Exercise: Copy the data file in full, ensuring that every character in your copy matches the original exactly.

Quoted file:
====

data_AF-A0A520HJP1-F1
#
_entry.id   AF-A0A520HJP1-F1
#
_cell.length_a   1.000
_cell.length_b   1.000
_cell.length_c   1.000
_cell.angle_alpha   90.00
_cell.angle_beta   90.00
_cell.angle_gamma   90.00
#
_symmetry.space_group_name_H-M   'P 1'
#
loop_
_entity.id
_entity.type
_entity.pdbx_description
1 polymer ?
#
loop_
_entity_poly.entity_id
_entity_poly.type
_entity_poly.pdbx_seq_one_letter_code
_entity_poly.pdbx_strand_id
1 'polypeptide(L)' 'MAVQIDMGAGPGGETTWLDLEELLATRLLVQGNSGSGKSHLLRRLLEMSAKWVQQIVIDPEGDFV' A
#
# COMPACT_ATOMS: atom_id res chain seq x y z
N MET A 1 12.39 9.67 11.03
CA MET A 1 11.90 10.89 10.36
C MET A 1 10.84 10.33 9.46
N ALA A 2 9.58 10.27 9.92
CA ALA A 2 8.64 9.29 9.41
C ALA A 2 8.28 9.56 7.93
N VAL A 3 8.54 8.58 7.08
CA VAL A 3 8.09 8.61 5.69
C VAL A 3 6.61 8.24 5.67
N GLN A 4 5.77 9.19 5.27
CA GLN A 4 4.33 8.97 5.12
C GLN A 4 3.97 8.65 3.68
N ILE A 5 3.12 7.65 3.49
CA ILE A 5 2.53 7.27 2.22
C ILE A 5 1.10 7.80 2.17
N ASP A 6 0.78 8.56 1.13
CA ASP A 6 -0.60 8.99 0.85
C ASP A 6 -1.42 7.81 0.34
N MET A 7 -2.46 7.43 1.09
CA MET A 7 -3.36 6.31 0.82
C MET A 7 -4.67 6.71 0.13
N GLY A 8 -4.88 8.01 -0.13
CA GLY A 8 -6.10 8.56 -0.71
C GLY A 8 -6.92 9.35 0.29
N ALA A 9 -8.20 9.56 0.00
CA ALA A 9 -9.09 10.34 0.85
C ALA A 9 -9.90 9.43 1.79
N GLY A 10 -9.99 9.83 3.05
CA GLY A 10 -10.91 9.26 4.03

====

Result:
data_AF-A0A520HJP1-F1
#
_entry.id   AF-A0A520HJP1-F1
#
_cell.length_a   1.000
_cell.length_b   1.000
_cell.length_c   1.000
_cell.angle_alpha   90.00
_cell.angle_beta   90.00
_cell.angle_gamma   90.00
#
_symmetry.space_group_name_H-M   'P 1'
#
loop_
_entity.id
_entity.type
_entity.pdbx_description
1 polymer ?
#
loop_
_entity_poly.entity_id
_entity_poly.type
_entity_poly.pdbx_seq_one_letter_code
_entity_poly.pdbx_strand_id
1 'polypeptide(L)' 'MAVQIDMGAGPGGETTWLDLEELLATRLLVQGNSGSGKSHLLRRLLEMSAKWVQQIVIDPEGDFV' A
#
# COMPACT_ATOMS: atom_id res chain seq x y z
N MET A 1 12.39 9.67 11.03
CA MET A 1 11.90 10.89 10.36
C MET A 1 10.84 10.33 9.46
N ALA A 2 9.58 10.27 9.92
CA ALA A 2 8.64 9.29 9.41
C ALA A 2 8.28 9.56 7.93
N VAL A 3 8.54 8.58 7.08
CA VAL A 3 8.09 8.61 5.69
C VAL A 3 6.61 8.24 5.67
N GLN A 4 5.77 9.19 5.27
CA GLN A 4 4.33 8.97 5.12
C GLN A 4 3.97 8.65 3.68
N ILE A 5 3.12 7.65 3.49
CA ILE A 5 2.53 7.27 2.22
C ILE A 5 1.10 7.80 2.17
N ASP A 6 0.78 8.56 1.13
CA ASP A 6 -0.60 8.99 0.85
C ASP A 6 -1.42 7.81 0.34
N MET A 7 -2.46 7.43 1.09
CA MET A 7 -3.36 6.31 0.82
C MET A 7 -4.67 6.71 0.13
N GLY A 8 -4.88 8.01 -0.13
CA GLY A 8 -6.10 8.56 -0.71
C GLY A 8 -6.92 9.35 0.29
N ALA A 9 -8.20 9.56 0.00
CA ALA A 9 -9.09 10.34 0.85
C ALA A 9 -9.90 9.43 1.79
N GLY A 10 -9.99 9.83 3.05
CA GLY A 10 -10.91 9.26 4.03